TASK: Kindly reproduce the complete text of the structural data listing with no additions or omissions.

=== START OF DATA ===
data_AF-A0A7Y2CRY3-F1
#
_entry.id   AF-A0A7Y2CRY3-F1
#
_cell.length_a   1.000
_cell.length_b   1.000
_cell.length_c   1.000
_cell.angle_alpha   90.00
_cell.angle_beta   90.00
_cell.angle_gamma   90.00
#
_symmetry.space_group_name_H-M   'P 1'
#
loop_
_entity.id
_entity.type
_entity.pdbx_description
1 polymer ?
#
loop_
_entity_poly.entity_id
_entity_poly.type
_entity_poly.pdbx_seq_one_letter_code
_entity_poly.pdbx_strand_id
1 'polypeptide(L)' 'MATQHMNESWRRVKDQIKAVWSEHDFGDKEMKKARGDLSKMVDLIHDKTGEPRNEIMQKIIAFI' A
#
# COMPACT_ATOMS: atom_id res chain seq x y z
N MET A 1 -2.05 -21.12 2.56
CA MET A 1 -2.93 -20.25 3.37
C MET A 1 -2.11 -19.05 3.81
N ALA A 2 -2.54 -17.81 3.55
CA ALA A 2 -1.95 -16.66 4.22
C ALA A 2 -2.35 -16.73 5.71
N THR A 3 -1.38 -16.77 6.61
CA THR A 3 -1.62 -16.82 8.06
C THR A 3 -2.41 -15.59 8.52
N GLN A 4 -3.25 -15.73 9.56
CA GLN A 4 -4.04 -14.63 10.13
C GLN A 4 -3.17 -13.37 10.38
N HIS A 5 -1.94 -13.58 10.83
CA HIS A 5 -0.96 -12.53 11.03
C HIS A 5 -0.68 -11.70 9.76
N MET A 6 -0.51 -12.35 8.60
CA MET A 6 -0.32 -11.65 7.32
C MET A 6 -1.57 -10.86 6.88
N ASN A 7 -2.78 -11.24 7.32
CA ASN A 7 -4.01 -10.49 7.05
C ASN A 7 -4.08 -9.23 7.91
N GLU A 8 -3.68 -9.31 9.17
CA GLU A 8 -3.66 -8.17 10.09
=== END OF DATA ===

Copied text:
data_AF-A0A7Y2CRY3-F1
#
_entry.id   AF-A0A7Y2CRY3-F1
#
_cell.length_a   1.000
_cell.length_b   1.000
_cell.length_c   1.000
_cell.angle_alpha   90.00
_cell.angle_beta   90.00
_cell.angle_gamma   90.00
#
_symmetry.space_group_name_H-M   'P 1'
#
loop_
_entity.id
_entity.type
_entity.pdbx_description
1 polymer ?
#
loop_
_entity_poly.entity_id
_entity_poly.type
_entity_poly.pdbx_seq_one_letter_code
_entity_poly.pdbx_strand_id
1 'polypeptide(L)' 'MATQHMNESWRRVKDQIKAVWSEHDFGDKEMKKARGDLSKMVDLIHDKTGEPRNEIMQKIIAFI' A
#
# COMPACT_ATOMS: atom_id res chain seq x y z
N MET A 1 -2.05 -21.12 2.56
CA MET A 1 -2.93 -20.25 3.37
C MET A 1 -2.11 -19.05 3.81
N ALA A 2 -2.54 -17.81 3.55
CA ALA A 2 -1.95 -16.66 4.22
C ALA A 2 -2.35 -16.73 5.71
N THR A 3 -1.38 -16.77 6.61
CA THR A 3 -1.62 -16.82 8.06
C THR A 3 -2.41 -15.59 8.52
N GLN A 4 -3.25 -15.73 9.56
CA GLN A 4 -4.04 -14.63 10.13
C GLN A 4 -3.17 -13.37 10.38
N HIS A 5 -1.94 -13.58 10.83
CA HIS A 5 -0.96 -12.53 11.03
C HIS A 5 -0.68 -11.70 9.76
N MET A 6 -0.51 -12.35 8.60
CA MET A 6 -0.32 -11.65 7.32
C MET A 6 -1.57 -10.86 6.88
N ASN A 7 -2.78 -11.24 7.32
CA ASN A 7 -4.01 -10.49 7.05
C ASN A 7 -4.08 -9.23 7.91
N GLU A 8 -3.68 -9.31 9.17
CA GLU A 8 -3.66 -8.17 10.09